My dear friend and former roomie (roommate for three full years! top that.) is celebrating her birthday today all the way across the ocean from me. I really miss you, Brenna Joy.
In other news, I’m not generally an observer of Halloween, but exactly one year ago today, I was navigating four little Saudi kids through a neighborhood to ring doorbells and earn candy for their costumes. Half of the time, we were trying to curtail the youngest’s attempts to run out into the street, and it was a really hot evening to chase kids. But it was such a good time.
And still yet, I have had a really good week here. It’s probably the best week I’ve had in London thus far. Several days, I’ve just found myself musing about how this is so unreal and how grateful I am that I am here. Oh, and I ran five miles today. First time ever.
On Saturday, my flatmate and I went to Epping Forest. The map says that it’s still in London, but it was definitely out of the city. I forget all the stats we read about it, but it may be the largest forest in England, and it is something like 6,000 acres.
We saw Queen Elizabeth’s hunting lodge -which was sweet. We took our time and Stephanie showed me all the cool thing I’ve never known about my camera. We only got turned around once. We walked for hours.
For while it was kind of rainy, and dude it’s muddy. I see the wisdom of those rubber boots I see people running around in now.
As Sir Arthur Conan Doyle said through his fictional character, Sherlock Holmes, the small things often are the significant things. Take toast, for example. It’s so simple to make that no one bothers to do it well, so it usually turns out badly. And it’s small so it’s excused. Breakfast usually has tea or orange juice that you can use to cough the stuff down.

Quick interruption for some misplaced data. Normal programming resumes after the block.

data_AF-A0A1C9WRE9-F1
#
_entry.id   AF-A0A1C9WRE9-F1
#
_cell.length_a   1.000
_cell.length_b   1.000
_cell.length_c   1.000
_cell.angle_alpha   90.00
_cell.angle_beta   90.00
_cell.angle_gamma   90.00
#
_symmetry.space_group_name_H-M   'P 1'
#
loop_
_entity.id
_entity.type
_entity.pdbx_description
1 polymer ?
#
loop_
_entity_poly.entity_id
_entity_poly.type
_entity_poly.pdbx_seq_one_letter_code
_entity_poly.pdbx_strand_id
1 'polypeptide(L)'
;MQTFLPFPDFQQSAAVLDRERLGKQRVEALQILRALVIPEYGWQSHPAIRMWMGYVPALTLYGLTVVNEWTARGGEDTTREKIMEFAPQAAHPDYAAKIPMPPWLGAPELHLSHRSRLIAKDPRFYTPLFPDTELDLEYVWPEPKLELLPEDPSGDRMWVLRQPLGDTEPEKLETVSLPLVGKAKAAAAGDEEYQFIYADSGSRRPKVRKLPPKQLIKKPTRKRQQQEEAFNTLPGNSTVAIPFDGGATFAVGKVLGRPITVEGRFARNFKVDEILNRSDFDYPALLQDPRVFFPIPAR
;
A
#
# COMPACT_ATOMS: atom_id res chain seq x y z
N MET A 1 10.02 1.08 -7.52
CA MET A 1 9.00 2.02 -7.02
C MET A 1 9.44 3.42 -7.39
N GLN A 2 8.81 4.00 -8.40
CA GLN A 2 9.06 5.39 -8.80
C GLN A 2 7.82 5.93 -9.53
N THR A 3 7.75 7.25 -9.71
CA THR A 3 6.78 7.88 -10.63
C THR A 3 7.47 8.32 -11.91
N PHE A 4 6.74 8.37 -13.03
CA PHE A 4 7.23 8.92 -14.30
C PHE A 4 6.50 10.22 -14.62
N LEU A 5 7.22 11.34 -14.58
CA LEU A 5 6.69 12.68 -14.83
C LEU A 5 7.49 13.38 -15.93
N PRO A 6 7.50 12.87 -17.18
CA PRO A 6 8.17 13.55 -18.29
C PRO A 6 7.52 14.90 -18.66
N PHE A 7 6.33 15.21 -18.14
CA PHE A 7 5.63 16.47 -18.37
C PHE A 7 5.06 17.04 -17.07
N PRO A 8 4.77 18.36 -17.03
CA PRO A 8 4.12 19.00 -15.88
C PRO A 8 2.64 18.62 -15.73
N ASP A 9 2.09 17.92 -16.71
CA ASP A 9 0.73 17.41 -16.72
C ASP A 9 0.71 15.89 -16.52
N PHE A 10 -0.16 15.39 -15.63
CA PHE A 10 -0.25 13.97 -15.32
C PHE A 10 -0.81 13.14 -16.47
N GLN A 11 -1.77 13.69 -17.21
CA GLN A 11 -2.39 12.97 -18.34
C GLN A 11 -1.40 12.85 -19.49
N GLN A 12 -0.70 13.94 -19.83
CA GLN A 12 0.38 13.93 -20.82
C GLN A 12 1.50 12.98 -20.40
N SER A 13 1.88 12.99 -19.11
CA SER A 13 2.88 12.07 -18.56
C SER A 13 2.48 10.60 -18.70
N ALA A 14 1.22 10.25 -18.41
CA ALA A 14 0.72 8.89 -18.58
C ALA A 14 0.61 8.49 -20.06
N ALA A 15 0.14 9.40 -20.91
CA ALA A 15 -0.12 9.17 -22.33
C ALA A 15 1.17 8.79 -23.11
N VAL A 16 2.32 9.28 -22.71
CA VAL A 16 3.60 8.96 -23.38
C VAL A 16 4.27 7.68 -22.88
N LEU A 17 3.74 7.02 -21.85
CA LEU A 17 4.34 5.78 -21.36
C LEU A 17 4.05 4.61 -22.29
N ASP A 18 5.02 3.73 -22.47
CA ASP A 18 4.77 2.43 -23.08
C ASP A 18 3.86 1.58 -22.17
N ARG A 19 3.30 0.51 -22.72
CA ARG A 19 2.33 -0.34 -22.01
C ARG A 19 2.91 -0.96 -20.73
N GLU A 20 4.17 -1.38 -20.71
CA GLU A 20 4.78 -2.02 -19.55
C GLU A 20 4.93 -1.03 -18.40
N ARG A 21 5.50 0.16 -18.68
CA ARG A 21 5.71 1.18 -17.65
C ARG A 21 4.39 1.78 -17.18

Toast is rough, though. Even the most sublime piece has to be consumed within 60 seconds of its creation or it’s just not worth the calories (the same is true of waffles). So don’t bother ordering this at a restaurant, unless the cook is willing to let you dash in and rescue the slices as soon as they pop up from the metal slats.
Besides, you can make it at home. Even common sandwich bread can be respectable. Of course, if you’ve got any snazzy bread, your chances of good toast go up ten-fold.
My toast has two non-negotiables.
One, it must have real butter on it. I’m kind of a snob about this. You can’t cheat with butter and not be found out.
Two, the butter must melt; i.e. it has to be hot bread. The toaster where I’m living now has this uncanny ability to produce browned bread that is room temperature. Now I nuke the bread before I toast it, and that usually works.
That’s it. After that, do what you will – jam, jelly, eggs, cut diagonally- whatever. Just be sure to get in a few bites within the critical period of 60 seconds.
It’s called depature. And yes, it’s cool like that and the “d” is not capitalized.
departure is a cafe, second-hand bookstore, community and arts center (or centre if you’re British).
It’s in the east end of London, Limehouse specifically. There is a facebook group if you’d like to see pictures -you can find it through my page probably- or their website is www.depart.in.
It’s funny frequently thinking about your nationality. You (or at least I don’t) don’t think about the country you are from until you are outside of it. Over here, I’m like, “Yes! I’m an American!” But, I may add, the Scotsman in our group is just as passionate about his country.
So here, we are, just over a month living in the illustrious city of London.
I’m sharing a flat with two girls, living with 10 people over all. I have a 40 hour work week, a small collection of clothes to keep me warm in this increasing cold. It doesn’t feel like home yet.
I love the river Thames and the Queen’s Walk, which goes along it on the south bank. I have picked up knitting as a caveat to my job, a way to befriend some of the locals. I am reading recreationally again, after four years of university. Right now, I am reading Vanity Fair (all my lit friends would be so proud).
My appreciation and knowledge of coffee has broadened as I have been educated on our espresso machine at work. My career as a barista is burgeoning. So yeah, what I miss of American cuisine is being compensated for over good coffee.
I am working on my goals for the year. I like it here most days.
. morning coffee, hazelnut creamer, pastry, and fruit with MB.
. hummus and carrots with katie. (this was usually me consuming massive amounts of hummus on scant carrots while Katie consumed half of a bag of carrots plain)
. panera bread.
. guacamole, and really any mexican.